Good afternoon. Thank you for this opportunity to speak to you today. My name is Ayan Yusuf. I am a community worker. I am a single mother of four children all born in Canada. My two oldest boys are enrolled in postsecondary education. My daughter is in grade 10 at York Memorial Collegiate and my youngest is in grade three. I’ve lived in Canada for twenty-four years.
First I’d like to tell you a story. One day when my second son was fifteen and in grade 10 at Runneymede Collegiate, he was hauled out of his gym class, handcuffed, shoved into a police car and taken to 11 Division. I got a call at work from a detective telling me my son was being held at the station. The school never called me.
I rushed to the police station to learn my son was being fingerprinted and photographed and that the police wanted to ask him some questions. I demanded to see my son and told the police he was not going to tell them anything and that unless they were going to charge him formally they had to release him at once. I waited at the station for hours until finally at five o’clock he was released. No charges were laid.
To make a long story short, I was really angry with my son’s school. They never informed me they’d called for the police. And as I later learned, the vice principal who called the police had not spoken to my son at all or seriously questioned the girls who had come to him with a story. I took the incident to the Human Rights Commission and won. It was a two year battle. In the meantime, my son had to change schools. But the incident had traumatized him. Formerly an excellent student, his grades fell quickly and he was detached and disinterested in his school work. His missed his old friends and became very depressed. It was all I could do to get him to graduate.
The really sad side of this story is that it’s not unusual. Lots of Somali speaking families have had one of their children arrested or suspended- sometimes justifiably but often not. As I understand from the TDSB’s own statistics, in 2006, 43 % of all Somali speaking students were suspended at least once during their time at the TDSB. Compare that with 22% for the rest of the student body. Why are our kids punished twice as often as other kids?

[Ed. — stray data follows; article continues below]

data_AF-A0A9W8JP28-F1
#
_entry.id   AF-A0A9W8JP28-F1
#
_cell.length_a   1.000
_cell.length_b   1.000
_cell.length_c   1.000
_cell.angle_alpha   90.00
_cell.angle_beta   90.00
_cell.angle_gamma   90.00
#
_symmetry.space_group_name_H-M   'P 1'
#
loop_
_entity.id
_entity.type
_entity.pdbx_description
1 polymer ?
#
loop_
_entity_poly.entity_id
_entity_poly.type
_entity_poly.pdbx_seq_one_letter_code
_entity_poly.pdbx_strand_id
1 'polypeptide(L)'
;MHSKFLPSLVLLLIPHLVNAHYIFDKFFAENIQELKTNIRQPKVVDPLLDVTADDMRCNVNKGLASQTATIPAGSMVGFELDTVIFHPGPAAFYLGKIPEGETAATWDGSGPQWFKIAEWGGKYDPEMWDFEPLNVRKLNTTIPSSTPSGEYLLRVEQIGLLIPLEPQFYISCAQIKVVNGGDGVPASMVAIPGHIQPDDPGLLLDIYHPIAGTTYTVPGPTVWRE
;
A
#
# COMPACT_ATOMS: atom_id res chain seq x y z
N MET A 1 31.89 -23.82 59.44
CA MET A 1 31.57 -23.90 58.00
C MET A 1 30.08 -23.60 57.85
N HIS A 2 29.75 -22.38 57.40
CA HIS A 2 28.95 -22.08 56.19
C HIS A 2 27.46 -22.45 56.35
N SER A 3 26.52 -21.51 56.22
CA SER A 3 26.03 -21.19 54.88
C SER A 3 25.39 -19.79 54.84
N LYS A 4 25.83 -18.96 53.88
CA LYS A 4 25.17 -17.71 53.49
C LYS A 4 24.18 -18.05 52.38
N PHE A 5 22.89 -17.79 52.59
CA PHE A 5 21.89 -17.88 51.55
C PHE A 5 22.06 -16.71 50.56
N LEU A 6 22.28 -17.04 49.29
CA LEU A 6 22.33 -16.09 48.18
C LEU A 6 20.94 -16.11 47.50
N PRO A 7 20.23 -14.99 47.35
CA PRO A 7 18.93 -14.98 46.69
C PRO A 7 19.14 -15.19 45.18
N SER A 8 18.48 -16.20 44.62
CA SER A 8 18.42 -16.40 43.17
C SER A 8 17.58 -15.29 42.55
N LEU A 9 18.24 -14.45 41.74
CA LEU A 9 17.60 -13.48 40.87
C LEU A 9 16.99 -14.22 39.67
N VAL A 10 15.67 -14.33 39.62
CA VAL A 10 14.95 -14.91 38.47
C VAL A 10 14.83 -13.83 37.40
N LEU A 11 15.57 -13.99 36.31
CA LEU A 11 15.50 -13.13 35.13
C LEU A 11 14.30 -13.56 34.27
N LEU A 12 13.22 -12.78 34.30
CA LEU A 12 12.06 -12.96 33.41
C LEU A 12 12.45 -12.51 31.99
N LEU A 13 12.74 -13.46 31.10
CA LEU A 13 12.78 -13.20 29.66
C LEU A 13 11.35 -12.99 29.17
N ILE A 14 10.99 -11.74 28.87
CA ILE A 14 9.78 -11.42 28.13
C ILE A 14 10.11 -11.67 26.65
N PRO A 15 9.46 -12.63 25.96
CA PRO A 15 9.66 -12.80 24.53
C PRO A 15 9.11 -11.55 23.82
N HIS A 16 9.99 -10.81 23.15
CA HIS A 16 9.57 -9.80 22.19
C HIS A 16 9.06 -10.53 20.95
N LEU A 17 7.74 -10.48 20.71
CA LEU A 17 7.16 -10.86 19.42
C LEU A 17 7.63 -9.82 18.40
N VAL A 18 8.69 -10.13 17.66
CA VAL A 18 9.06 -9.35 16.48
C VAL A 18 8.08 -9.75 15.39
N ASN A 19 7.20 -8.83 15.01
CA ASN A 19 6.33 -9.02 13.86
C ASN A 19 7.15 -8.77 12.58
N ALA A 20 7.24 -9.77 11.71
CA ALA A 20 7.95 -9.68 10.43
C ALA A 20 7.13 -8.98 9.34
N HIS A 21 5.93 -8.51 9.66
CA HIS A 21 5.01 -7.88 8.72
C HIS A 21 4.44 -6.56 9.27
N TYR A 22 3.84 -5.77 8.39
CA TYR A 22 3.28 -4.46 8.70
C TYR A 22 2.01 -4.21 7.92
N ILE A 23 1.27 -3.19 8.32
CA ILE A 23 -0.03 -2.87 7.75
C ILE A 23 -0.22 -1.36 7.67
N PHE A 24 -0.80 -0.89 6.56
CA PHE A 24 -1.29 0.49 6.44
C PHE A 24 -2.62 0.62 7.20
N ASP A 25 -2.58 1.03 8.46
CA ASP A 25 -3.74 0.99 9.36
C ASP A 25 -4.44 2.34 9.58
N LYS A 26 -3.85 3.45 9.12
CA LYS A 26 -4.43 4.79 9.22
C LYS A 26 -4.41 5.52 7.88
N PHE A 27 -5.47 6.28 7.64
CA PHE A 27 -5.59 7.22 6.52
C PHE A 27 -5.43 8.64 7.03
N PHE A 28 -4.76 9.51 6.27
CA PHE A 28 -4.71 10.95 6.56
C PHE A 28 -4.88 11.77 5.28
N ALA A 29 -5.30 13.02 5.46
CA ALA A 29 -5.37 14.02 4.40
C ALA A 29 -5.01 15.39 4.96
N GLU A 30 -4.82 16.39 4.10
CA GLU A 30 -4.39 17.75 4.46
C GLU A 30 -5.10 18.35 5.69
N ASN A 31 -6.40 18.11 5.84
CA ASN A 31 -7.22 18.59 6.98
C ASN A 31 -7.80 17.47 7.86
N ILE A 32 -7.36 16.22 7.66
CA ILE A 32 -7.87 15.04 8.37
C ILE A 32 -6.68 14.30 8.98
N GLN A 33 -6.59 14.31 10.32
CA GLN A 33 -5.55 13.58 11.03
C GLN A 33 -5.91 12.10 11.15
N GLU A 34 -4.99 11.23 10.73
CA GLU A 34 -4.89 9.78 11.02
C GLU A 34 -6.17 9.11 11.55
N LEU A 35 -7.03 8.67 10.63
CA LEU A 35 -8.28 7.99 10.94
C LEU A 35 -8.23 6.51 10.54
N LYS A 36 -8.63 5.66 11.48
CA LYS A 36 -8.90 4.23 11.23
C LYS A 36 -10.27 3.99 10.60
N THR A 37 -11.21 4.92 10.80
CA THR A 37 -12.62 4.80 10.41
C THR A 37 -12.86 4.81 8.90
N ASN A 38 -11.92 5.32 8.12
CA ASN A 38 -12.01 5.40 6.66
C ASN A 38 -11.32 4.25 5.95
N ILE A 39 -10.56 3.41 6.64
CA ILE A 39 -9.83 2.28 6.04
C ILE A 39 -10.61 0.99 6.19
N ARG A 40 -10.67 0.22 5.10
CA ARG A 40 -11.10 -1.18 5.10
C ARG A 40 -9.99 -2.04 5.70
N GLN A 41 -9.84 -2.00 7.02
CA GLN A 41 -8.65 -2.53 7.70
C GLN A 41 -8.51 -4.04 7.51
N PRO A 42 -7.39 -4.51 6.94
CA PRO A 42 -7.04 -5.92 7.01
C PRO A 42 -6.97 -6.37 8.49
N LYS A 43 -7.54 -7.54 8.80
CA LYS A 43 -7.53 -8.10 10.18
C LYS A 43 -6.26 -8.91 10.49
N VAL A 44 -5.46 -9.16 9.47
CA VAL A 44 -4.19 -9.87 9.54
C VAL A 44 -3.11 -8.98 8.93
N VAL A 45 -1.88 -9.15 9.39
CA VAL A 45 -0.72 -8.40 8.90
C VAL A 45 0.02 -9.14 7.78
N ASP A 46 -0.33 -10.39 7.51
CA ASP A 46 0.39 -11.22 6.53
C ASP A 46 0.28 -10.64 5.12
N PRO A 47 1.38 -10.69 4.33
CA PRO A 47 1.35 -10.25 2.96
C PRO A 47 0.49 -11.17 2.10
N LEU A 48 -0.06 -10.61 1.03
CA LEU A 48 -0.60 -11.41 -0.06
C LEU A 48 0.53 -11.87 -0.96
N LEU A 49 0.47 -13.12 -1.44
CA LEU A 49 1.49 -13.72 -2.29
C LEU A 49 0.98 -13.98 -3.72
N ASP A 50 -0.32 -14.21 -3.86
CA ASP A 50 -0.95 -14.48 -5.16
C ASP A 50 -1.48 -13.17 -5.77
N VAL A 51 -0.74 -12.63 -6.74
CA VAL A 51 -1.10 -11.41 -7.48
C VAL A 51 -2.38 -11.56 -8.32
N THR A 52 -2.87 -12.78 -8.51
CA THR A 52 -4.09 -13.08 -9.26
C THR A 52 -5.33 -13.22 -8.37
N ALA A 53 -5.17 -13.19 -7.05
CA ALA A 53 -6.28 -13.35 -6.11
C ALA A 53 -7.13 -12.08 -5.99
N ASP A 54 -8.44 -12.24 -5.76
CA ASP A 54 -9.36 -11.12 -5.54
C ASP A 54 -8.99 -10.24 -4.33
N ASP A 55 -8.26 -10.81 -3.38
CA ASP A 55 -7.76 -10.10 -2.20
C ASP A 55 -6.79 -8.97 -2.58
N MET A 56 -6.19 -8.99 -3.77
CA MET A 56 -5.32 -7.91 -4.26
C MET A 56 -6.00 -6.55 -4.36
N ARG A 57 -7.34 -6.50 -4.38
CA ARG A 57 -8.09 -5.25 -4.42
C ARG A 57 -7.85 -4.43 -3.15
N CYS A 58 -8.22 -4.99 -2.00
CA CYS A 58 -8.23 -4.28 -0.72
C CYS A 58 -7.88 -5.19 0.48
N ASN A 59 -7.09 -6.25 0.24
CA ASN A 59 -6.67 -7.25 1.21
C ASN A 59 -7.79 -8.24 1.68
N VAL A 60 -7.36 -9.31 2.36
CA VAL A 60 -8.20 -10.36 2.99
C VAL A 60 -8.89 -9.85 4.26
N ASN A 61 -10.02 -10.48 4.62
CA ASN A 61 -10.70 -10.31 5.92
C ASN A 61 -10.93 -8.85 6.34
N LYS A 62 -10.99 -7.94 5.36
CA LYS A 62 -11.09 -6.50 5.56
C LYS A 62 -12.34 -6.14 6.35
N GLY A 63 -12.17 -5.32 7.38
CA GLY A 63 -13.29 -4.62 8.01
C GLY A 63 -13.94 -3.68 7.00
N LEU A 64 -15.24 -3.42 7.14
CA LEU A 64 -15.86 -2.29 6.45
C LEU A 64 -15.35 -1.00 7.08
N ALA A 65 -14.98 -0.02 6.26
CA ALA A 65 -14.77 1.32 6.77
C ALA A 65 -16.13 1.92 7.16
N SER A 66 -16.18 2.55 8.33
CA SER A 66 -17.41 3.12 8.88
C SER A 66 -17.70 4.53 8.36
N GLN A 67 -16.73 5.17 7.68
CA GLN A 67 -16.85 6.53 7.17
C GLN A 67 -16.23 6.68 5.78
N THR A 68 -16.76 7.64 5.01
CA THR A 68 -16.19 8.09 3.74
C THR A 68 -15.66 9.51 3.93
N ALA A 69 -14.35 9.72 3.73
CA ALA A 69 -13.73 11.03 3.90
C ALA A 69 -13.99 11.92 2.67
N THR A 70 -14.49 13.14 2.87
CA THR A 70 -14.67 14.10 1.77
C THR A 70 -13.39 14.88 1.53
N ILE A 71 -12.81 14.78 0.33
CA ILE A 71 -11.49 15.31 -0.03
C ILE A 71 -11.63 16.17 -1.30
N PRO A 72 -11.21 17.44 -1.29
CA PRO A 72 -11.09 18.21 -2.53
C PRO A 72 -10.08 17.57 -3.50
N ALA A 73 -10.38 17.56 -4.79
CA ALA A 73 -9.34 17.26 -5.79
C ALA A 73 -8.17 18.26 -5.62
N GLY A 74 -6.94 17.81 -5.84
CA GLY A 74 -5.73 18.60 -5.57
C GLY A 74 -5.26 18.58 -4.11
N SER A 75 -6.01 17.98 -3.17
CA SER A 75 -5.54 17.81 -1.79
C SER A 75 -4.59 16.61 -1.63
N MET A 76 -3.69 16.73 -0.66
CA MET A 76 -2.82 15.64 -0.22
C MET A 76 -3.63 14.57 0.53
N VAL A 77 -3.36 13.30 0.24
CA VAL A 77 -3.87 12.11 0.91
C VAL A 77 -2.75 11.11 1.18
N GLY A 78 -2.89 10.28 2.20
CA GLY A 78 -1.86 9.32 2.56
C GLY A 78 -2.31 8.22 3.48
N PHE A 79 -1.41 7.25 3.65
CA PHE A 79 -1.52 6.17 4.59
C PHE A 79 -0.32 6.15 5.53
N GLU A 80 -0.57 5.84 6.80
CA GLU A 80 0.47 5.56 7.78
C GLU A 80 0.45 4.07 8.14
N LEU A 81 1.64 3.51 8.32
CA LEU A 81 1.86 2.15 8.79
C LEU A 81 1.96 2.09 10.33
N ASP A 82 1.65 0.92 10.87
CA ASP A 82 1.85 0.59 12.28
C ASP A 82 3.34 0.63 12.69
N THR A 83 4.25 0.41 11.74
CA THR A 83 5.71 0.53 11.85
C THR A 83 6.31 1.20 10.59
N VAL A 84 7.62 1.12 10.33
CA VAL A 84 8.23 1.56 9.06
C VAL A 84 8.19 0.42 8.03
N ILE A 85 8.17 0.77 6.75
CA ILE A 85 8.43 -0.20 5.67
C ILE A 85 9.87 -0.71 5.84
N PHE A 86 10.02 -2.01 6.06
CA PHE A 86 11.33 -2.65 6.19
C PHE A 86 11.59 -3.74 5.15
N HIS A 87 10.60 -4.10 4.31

Our families are experiencing a crisis in the schools. We have known this for years and tried to reach out to the TDSB. The school system has been too slow to respond. Our dropout rate is twice that of the overall student average and our graduation rate 15% lower. For our sons that dropout rate is especially dismal- 33%. Our children- especially our boys- are streamed into applied programs in secondary school at a higher rate than the rest of the school population. By middle school, our kids make up a disproportionate number of all the kids enrolled in Special Education programs. Almost none of our kids is ever selected for the gifted program.
We are following the work of the Somali taskforce closely but we are doubtful for its outcome. The May
2013 deadline for its report is now postponed until Sept. At this rate we won’t see any implementation of any recommendations before Sept. 2014. So far we’re unimpressed with the taskforce’s approach to public consultation. Their meetings are highly controlled and parents who attended them felt alienated by the Board’s way of structuring the focus groups, keeping the discussion within parameters decided by the facilitators.
Of further concern is what has been happening to the Learning Opportunity Grants. From reports in the Star and the Globe and Mail, our community has learned that millions of dollars that should have gone to support children in schools located in low income communities has been spent elsewhere. Most of our children attend schools in communities identified as needy. These funds were meant for desperately needed extra staff, nutrition and afterschool programs, and homework clubs our kids need and that their parents have wanted for years. Our families cannot fundraise for their schools. How many tragic outcomes could have been avoided? How much of this crisis could have been averted if the proper supports had been in place? By diverting substantial sums from poor children to keep the corporation afloat, the TDSB has to accept much of the blame for our children’s failure to succeed at school.